Russia Thwarts Drone Attack On Its Warships In Crimea – Did Ukraine Use Starlink For October 2022 Strike Too?

Russian authorities in Crimea reported thwarting an unsuccessful Ukrainian naval drone attack on the Black Sea fleet in Sevastopol, saying they destroyed three unmanned surface vessels (USV), primarily by “small arms fire” from sailors.

Claims on both Ukrainian and Russian social media groups also did not report any casualties.

This is the second unmanned strike on the Russian navy fleet in Crimea after the massive USV and UAV attack in late October.

That engagement involved nine aerial and seven autonomous sea drones, all of which were subsequently destroyed.

Meanwhile, a separate report in The Economist claimed Ukraine possibly exploited Russia’s inability to jam the Starlink internet satellite constellation’s frequencies for the October attack. The report, however, went on to quote Ukrainian defense officials praising Russian electronic warfare, before which their drones have been somewhat helpless.

According to Crimea’s governor Mikhail Razvozhayev, neither were there any casualties nor were any ships destroyed, but the explosions broke the windows of nearby buildings.

This indicates the USVs must have been carrying heavy explosives aimed at destroying large objects like warships.

“In total, three objects have been destroyed, with small arms (and) air defense also working. The navy confidently and calmly repelled (the attack and the) situation was under control,” he was quoted in AFP.

Fresh Attack With New Drones?

Videos on Twitter showed grainy footage of an object, claimed to be a “marine drone,” burning in Sevastopol Bay, which Russia-friendly Telegram users in Crimea claimed was one of the Ukrainian USVs.

Whether the USV was the same make as the famous one used in the October Sevastopol attack – which Ukraine assembled with Western assistance in the middle of the war – is unclear. It cannot be ruled out that the same model must have been employed since videos then showed a large fleet of several dozen such USVs.

With only seven used for the October attack, Ukraine still has a huge inventory to keep using periodically. Naturally, Ukraine saw the Russian ability to thwart such attacks in October and knows it cannot expend the entire fleet all at once.

In the October strike, Russia had accused the US of orchestrating the attack by using its RQ-4B Global Hawk drone, which provided long-range reconnaissance, surveillance, and target coordination to the USVs.

Live flight tracking information showed the American UAV airborne South of Crimea in the Black Sea around the time the sea-borne attack was taking place.

Russian boat crimea
The unmanned surface vessel Ukraine used in the October 2022 attack on the Russian Navy fleet in Crimea

Ukraine Used ‘Pro-Russia’ Elon Musk’s Starlink?

But besides the alleged use of the RQ-4B, The Economist claimed Ukraine used the Starlink satellite internet to guide the USVs for the October strike. Claiming that the Russians “struggle to jam certain frequencies” of the space-based internet, it said the Armed Forces of Ukraine (AFU) “made good use of this gap.”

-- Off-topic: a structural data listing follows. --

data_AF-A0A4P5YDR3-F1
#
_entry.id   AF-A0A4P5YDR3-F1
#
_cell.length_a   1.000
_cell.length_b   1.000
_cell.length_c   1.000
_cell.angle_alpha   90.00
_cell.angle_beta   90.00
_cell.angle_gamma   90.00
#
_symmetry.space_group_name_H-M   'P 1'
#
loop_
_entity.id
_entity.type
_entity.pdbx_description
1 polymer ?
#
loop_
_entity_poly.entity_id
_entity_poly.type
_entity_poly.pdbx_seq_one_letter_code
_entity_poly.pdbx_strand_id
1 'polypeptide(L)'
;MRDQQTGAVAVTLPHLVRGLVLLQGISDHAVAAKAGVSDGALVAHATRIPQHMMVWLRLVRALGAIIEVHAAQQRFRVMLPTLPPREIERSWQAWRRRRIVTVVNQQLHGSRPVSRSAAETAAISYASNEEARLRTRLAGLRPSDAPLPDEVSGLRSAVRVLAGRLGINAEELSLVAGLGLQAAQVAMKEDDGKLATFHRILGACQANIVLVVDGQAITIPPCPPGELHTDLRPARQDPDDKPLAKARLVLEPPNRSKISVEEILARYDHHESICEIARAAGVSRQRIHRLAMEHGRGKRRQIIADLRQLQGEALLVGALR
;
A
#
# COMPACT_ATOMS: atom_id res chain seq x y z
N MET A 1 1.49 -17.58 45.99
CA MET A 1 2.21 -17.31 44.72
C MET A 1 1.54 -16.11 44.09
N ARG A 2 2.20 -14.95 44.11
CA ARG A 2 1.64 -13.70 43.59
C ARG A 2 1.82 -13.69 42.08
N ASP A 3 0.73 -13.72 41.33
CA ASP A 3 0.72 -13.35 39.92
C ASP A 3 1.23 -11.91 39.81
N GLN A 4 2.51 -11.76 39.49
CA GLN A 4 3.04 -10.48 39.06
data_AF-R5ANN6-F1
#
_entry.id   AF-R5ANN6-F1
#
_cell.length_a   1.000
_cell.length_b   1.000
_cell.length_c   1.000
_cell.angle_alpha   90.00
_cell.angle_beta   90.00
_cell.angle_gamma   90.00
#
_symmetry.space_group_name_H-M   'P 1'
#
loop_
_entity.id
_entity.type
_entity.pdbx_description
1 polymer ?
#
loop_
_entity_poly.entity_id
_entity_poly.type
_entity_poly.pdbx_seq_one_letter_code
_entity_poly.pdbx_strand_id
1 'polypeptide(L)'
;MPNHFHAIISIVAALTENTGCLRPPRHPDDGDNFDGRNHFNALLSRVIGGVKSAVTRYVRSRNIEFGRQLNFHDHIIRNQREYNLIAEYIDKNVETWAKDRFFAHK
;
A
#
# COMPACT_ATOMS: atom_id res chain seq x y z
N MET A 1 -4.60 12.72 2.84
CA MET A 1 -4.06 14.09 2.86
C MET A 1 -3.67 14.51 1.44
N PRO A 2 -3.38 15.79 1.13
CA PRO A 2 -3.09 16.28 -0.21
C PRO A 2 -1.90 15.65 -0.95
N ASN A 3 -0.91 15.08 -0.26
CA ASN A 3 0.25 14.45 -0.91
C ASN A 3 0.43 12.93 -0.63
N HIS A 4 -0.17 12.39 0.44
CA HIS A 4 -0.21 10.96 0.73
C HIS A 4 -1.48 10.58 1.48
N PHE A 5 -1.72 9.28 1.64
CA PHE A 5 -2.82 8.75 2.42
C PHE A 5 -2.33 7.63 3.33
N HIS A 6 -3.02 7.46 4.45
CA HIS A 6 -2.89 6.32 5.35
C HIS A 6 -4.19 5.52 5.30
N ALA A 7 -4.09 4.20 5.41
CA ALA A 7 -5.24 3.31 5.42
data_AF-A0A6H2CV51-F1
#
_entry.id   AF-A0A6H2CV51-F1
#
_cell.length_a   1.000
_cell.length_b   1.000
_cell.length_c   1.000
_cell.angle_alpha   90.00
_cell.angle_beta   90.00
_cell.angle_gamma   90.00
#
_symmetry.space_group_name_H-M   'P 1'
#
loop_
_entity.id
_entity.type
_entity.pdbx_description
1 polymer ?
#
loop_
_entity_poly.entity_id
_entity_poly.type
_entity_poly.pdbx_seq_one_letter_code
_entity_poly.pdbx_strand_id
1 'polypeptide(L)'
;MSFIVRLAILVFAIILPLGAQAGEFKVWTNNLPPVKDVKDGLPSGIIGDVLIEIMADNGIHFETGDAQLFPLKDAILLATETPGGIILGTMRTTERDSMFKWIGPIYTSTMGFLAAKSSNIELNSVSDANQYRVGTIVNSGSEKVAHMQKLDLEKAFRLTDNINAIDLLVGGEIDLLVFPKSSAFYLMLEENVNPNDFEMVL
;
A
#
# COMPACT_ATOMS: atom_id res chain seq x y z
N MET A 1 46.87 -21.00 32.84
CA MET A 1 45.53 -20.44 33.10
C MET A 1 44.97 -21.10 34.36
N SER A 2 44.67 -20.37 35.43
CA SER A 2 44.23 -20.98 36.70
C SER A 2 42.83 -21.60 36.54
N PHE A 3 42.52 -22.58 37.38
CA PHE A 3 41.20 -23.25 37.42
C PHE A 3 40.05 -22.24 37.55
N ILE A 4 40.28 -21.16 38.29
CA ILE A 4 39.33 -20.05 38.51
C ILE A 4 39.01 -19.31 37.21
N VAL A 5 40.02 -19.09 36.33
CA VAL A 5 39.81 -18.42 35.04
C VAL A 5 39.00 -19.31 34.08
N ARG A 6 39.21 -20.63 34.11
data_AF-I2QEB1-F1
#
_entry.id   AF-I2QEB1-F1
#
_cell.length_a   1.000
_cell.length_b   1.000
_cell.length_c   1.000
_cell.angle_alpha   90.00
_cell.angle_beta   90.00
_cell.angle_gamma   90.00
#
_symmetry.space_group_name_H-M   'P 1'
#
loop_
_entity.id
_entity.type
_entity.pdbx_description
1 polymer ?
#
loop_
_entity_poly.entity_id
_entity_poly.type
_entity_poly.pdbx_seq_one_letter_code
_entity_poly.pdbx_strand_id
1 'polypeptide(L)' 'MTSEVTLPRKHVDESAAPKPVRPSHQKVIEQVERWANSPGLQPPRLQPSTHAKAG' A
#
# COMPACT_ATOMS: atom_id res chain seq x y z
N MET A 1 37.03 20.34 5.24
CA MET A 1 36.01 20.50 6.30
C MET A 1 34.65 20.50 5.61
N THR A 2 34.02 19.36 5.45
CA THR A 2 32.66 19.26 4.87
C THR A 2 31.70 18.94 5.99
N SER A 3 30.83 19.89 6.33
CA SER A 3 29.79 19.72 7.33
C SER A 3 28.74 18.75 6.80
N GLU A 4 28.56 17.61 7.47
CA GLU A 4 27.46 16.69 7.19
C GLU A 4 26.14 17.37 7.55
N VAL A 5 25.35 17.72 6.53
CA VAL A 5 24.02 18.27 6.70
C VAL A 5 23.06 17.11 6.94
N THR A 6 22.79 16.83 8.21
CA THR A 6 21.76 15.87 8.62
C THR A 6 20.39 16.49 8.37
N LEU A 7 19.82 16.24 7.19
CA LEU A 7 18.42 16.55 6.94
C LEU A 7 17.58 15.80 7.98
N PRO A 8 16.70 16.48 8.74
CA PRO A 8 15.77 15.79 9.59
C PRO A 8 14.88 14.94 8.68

Elon Musk’s company, however, then began blocking Starlink terminals from operating both over Russia and Ukraine by employing “geofencing.” The block also works over water, as the Starlink receiver placed on a boat sailing at speeds of over 100 km an hour will not function.

The report said Musk wished to prevent the “escalatory” ramifications of his company effectively becoming a participant in the war by supporting Russia’s adversary.

This has largely been consistent with Musk’s own previous comments about the war, which appeared to back the Russian narrative. He had come under fire for claiming that Crimea qualifies as a legitimate part of Russia following its 2014 referendum, suggested a peace plan where Ukraine compromises with Moscow, and hinted at possibly having to stop Starlink services in Ukraine since its cost was borne by the company.

File Image: Russia Ukraine War

Consensus on Russian Lead in Electronic Warfare

The Economist went on to quote Ukrainian defense industry insiders involved in the country’s drone manufacturing push, who praised Russian electronic warfare capabilities.

“The Russians are very, very good at what they do. They are performing black magic in electromagnetic defense. They can jam frequencies, spoof GPS, send a drone to the wrong altitude so that it simply drops out of the sky,” the unnamed defense industry source said.

The EurAsian Times had first reported in late June about the Russian expertise in electronic warfare and counter-drone systems that led to several Turkish TB-2 Bayraktar’s being shot down and AFU servicemen seeking to limit their usage. Russia had been building this expertise since its experience in Syria, the Donbas War, and the Crimean conflict of 2014.

Subsequent reports in Business Insider, Forbes, and Asia Times Online broadly confirmed this assessment. While some claimed how Russian EW accidentally even jammed their own communications and that Moscow was losing in other areas, they eventually claimed its EW reigned supreme.

It had a devastating impact on Ukrainian drones, as their UAVs were being either shot down or captured at an alarming rate.